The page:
Have the financial crisis, the Occupy Wall Street movement, and rising fees faded in memory for bank customers?
Five years after troubles in the banking sector helped topple the American economy into recession, a new survey suggests that consumers are starting to feel better about their banks.
Approval ratings for financial institutions are now at 2007 levels — the year before the epic collapse on Wall Street, according to the American Customer Satisfaction Index, an annual nationwide study that is scheduled to be released Tuesday. The index, based on interviews with 5,000 bank customers, is published by ACSI LLC, an Ann Arbor, Mich., research firm.
Consumers gave banks overall a score of 78, higher than utility companies but lower than the automobile industry. Large banks still lag community banks and credit unions by as much as 10 points, according to the survey.
“As time passes, negativity tends to fade for these banks,” said David VanAmburg, managing director of ACSI. “People tend to be forgiving over time.”
ACSI only cited four banks by name — Bank of America, JPMorgan Chase, Citigroup, and Wells Fargo — because only those had a large enough sample size among respondents to the survey. It is unclear how many banks in total were rated by the respondents.
Even at the height of the financial crisis, when bank satisfaction was low, few customers switched institutions because of hassle involved with changing so many of their accounts and bills.
Still, the scores are released as fresh reminders of bank misdeeds make headlines. JPMorgan Chase last month agreed to a historic $13 billion settlement with the Justice Department over the firm’s sale of low-quality mortgage-backed securities that collapsed in value during the housing bust and helped spark the recent financial crisis.
European regulators fined several global financial institutions $2.3 billion last week for allegedly rigging benchmark interest rates.
Consumers with checking and saving accounts with banks don’t seem to link those large-scale mortgage securities and interest rates controversies with their everyday interactions with their local financial institutions, VanAmburg said.
“A lot of that noise doesn’t necessarily impact the customer experience,” he said.
The higher scores come even as banks increased their fees by 2 to 3 percent this past year, VanAmburg said.
Banks have improved services by providing more efficient websites and mobile applications that allow consumers to quickly conduct transactions from their computers or phones. With more customers banking online, the lines inside branches are smaller, ensuring that customer interactions with bank staff are more pleasant, VanAmburg said.
“As banks are doing better at providing services online,” he said, “it’s relieving some of the pressure at the bank level.”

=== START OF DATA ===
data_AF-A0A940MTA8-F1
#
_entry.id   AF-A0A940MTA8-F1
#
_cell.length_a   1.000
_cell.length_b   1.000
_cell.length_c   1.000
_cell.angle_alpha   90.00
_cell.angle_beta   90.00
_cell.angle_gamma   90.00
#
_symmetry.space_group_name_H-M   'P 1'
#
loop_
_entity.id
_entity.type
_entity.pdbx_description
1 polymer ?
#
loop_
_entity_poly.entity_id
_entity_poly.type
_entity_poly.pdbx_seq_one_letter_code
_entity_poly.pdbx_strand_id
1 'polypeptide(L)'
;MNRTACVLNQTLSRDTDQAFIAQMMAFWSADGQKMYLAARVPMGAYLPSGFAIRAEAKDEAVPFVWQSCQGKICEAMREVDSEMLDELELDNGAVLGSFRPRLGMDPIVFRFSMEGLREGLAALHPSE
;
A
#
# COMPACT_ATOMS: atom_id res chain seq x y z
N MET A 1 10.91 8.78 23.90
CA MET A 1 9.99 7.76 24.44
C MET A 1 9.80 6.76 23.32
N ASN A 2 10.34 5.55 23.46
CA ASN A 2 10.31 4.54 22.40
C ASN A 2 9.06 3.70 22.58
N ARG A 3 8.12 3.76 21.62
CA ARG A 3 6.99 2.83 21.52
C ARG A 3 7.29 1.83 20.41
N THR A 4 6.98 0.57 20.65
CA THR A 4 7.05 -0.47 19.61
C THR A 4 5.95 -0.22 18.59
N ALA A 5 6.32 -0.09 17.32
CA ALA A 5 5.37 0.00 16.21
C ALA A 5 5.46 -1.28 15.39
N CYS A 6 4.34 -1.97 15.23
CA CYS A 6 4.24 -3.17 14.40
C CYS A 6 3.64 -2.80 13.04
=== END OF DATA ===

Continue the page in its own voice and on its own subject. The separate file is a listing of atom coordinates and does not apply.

‘It will take us some time to get there, but we believe we have the right focus.’
The results, while the best in five years, still indicate that the industry has more work to do, said Deirdre Cummings, legislative director for the Massachusetts Public Interest Research Group, a consumer advocacy organization.
“They’re still saying 1 out of 4 people has a problem with a bank,” Cummings said. “They’re clearly underperforming.”
For a service company, such as a bank, a score of 80 or above would be high performing, according to ACSI.
Cummings said her organization continues to field complaints from consumers about the extensive fees, the lack of services and products, and the high number of transactions that can only be done electronically.
Recognizing that big banks have tarnished their images, smaller financial institutions and credit unions continue to encourage consumers to switch, emphasizing better customer service, even as they struggle to provide the same convenience and branch network.
Bank of America, the largest retail bank in Massachusetts, in particular continues to lag in some customers’s eyes. Its score of 69 is the lowest of four big banks in the survey, and still below the 72 it scored in 2007.
“We know we still have some work left to do,” said Donald J. Vecchiarello Jr., a Bank of America spokesman. “Achieving top-level customer satisfaction requires an ongoing commitment to meet our customers’ expectations. It will take us some time to get there, but we believe we have the right focus to make it happen.”
Bank of America has been ahead of other banks in charging and proposing new fees and closing branches.
Regulators also have questioned whether the bank’s practices forced some homeowners into foreclosure.
Bank of America and other banks have tried to polish their image in the past year and have spent millions on advertising campaigns that emphasize how they help consumers or are different than their cold, fee-charging competitors.Deirdre Fernandes can be reached at email@example.com. Follow her on Twitter @fernandesglobe.